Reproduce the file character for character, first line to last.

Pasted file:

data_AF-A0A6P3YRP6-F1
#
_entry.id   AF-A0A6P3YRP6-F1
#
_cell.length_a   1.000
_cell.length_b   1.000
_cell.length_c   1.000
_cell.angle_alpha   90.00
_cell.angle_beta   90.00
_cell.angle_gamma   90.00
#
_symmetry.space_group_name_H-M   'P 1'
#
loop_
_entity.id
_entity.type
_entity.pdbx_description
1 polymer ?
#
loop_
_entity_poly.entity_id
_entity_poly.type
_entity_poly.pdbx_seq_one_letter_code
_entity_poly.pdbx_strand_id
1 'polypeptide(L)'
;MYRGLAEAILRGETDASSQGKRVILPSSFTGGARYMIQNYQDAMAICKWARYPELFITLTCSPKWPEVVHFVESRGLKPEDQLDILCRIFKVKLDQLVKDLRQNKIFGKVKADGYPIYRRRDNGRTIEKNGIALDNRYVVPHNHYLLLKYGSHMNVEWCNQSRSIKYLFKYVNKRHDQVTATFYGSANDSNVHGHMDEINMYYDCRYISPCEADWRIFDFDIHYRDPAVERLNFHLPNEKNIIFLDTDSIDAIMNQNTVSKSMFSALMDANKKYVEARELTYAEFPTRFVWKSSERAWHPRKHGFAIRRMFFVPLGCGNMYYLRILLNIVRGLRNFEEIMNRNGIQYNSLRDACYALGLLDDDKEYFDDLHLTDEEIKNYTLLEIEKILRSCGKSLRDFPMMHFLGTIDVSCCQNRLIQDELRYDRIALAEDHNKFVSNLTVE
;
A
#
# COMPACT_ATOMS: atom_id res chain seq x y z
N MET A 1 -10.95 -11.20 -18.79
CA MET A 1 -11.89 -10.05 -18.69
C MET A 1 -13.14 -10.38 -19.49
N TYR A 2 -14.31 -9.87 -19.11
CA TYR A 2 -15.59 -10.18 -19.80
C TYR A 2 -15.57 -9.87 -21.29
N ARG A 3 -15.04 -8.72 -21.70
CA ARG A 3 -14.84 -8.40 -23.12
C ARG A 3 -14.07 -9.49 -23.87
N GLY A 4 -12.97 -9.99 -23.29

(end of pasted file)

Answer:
data_AF-A0A6P3YRP6-F1
#
_entry.id   AF-A0A6P3YRP6-F1
#
_cell.length_a   1.000
_cell.length_b   1.000
_cell.length_c   1.000
_cell.angle_alpha   90.00
_cell.angle_beta   90.00
_cell.angle_gamma   90.00
#
_symmetry.space_group_name_H-M   'P 1'
#
loop_
_entity.id
_entity.type
_entity.pdbx_description
1 polymer ?
#
loop_
_entity_poly.entity_id
_entity_poly.type
_entity_poly.pdbx_seq_one_letter_code
_entity_poly.pdbx_strand_id
1 'polypeptide(L)'
;MYRGLAEAILRGETDASSQGKRVILPSSFTGGARYMIQNYQDAMAICKWARYPELFITLTCSPKWPEVVHFVESRGLKPEDQLDILCRIFKVKLDQLVKDLRQNKIFGKVKADGYPIYRRRDNGRTIEKNGIALDNRYVVPHNHYLLLKYGSHMNVEWCNQSRSIKYLFKYVNKRHDQVTATFYGSANDSNVHGHMDEINMYYDCRYISPCEADWRIFDFDIHYRDPAVERLNFHLPNEKNIIFLDTDSIDAIMNQNTVSKSMFSALMDANKKYVEARELTYAEFPTRFVWKSSERAWHPRKHGFAIRRMFFVPLGCGNMYYLRILLNIVRGLRNFEEIMNRNGIQYNSLRDACYALGLLDDDKEYFDDLHLTDEEIKNYTLLEIEKILRSCGKSLRDFPMMHFLGTIDVSCCQNRLIQDELRYDRIALAEDHNKFVSNLTVE
;
A
#
# COMPACT_ATOMS: atom_id res chain seq x y z
N MET A 1 -10.95 -11.20 -18.79
CA MET A 1 -11.89 -10.05 -18.69
C MET A 1 -13.14 -10.38 -19.49
N TYR A 2 -14.31 -9.87 -19.11
CA TYR A 2 -15.59 -10.18 -19.80
C TYR A 2 -15.57 -9.87 -21.29
N ARG A 3 -15.04 -8.72 -21.70
CA ARG A 3 -14.84 -8.40 -23.12
C ARG A 3 -14.07 -9.49 -23.87
N GLY A 4 -12.97 -9.99 -23.29